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OT: the NFL and silly lawsuits

Discussion in 'PatsFans.com - Patriots Fan Forum' started by Pats726, Jan 17, 2008.

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  1. Pats726

    Pats726 Veteran Starter w/Big Long Term Deal

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    Firstly, I do wonder who the lawyers are for this young woman?? What is their reputation and track record??
    I DO find that as much as it is a problem for Moss and the Patriots, it SHOULD be something the NFL addresses as a whole and hopefully will DO something about these 'gold diggers".
    There is something to be said about ANY of these silly lawsuits looking for money..and the one with Marvin Harrison referred to on other threads is also a GOOD example of that. A way to extort money from players. I THINK the NFL should make it clear that law firms that promote this will face lawsuits from th3 league and will tie their money and assets up for some time.
    It's one thing IF it is legitimate...but these as well as so many ARE NOT and frankly should be dealt with by the league in general to BE SURE they do not continue.
    Why do they happen?? Because some are successful and until IT HURTS those law firms a LOT MORE..these stupid lawsuits will continue. ANd I really think the NFL needs to potect its players from these.
     
  2. Patsfanin Philly

    Patsfanin Philly Experienced Starter w/First Big Contract

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    #95 Jersey


    I looked up the name of the attorney on the Florida Bar website and it lists someone with his name as having been admitted to practice law in 2006 and he practices entertainment law.. Perhaps he trying to make a name for himself with this case.....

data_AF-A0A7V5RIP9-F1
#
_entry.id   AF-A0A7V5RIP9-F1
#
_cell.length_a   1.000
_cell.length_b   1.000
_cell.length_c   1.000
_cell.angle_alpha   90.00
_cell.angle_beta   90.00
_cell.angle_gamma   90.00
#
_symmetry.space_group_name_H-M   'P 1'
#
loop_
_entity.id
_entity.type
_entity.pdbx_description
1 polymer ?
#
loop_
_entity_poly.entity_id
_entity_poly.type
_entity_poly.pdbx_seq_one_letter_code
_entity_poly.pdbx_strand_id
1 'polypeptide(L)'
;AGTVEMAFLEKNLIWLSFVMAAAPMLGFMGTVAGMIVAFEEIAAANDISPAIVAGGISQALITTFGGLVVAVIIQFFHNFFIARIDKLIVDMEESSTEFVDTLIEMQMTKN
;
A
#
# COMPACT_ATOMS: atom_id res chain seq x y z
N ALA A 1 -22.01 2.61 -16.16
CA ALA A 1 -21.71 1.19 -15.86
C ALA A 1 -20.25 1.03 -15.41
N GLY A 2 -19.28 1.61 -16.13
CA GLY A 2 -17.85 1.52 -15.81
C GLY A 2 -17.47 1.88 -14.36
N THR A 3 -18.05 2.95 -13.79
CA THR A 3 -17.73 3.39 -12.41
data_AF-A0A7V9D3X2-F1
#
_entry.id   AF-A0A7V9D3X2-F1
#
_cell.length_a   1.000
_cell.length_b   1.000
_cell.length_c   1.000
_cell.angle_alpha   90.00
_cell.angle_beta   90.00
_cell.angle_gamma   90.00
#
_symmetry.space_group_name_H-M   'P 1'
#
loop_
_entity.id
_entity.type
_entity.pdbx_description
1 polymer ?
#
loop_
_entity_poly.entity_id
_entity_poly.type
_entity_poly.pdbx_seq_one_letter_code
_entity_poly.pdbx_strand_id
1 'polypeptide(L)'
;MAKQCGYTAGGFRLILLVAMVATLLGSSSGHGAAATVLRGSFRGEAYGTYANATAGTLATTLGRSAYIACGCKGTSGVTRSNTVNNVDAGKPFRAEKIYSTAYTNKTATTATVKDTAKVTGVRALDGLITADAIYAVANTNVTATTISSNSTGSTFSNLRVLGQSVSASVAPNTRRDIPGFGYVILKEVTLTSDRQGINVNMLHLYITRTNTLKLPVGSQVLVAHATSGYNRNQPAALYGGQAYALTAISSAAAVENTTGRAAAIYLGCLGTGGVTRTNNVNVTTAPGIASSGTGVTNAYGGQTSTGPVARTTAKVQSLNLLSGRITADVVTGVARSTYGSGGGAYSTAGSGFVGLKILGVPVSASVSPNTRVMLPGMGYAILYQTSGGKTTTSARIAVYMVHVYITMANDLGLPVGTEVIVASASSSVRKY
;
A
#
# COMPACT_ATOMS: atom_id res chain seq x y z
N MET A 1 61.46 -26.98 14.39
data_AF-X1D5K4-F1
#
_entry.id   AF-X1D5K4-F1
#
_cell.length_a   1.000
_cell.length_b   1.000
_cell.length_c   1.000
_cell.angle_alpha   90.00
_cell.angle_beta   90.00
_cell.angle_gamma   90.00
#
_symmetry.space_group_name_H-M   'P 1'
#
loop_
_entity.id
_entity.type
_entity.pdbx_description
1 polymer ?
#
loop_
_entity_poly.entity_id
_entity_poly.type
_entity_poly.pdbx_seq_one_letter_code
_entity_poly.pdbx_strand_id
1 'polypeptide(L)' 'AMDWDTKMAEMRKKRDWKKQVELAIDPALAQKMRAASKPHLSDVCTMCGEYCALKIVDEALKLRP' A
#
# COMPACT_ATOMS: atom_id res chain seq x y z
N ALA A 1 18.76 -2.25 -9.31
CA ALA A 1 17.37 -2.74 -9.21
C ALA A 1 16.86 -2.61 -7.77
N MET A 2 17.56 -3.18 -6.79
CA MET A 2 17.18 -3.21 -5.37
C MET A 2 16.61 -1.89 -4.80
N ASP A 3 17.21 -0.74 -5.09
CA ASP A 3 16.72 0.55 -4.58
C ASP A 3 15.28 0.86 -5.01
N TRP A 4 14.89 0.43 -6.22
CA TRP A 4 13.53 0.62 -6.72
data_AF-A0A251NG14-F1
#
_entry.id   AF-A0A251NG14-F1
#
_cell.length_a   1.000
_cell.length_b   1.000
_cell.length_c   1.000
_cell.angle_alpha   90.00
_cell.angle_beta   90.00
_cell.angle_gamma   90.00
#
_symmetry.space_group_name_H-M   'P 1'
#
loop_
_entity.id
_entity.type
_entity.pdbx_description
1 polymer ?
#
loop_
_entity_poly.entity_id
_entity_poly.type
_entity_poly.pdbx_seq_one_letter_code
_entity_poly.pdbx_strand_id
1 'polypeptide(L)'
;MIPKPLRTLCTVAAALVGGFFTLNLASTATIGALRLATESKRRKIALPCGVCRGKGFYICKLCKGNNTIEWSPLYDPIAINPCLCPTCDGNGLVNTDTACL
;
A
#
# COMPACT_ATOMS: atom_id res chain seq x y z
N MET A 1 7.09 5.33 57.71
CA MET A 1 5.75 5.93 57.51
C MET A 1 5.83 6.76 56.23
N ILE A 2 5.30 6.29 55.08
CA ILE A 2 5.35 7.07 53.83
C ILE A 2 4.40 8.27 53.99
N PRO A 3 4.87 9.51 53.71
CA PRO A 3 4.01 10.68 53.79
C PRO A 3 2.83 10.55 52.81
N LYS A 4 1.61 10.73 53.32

In some European countries, they have 'loser pays.' The party who loses the lawsuit is responsible for the legal fees of the winning party. While these sounds great in the abstract as a way to eliminate frivolous lawsuits, it could limit access to the courthouse for those with limited means if they try to sue someone with deep pockets ( think of a big corporation) who could run them through the ringer. What's the answer?? I don't know but in the area of medical malpractice, some states require a 'certificate of merit' by an expert to state that the case has merit but others object that it's not too hard to get someone to certify it.
    You're right that anyone with money and a high profile is an easy target. It's understandable if athletes shy away for fear of a wacko who might sue them for millions over a fender bender.
    The only positive from the Duke Lacrosse fiasco is that the media (some not all) are asking questions before jumping to conclusions.
    Food for thought.
     
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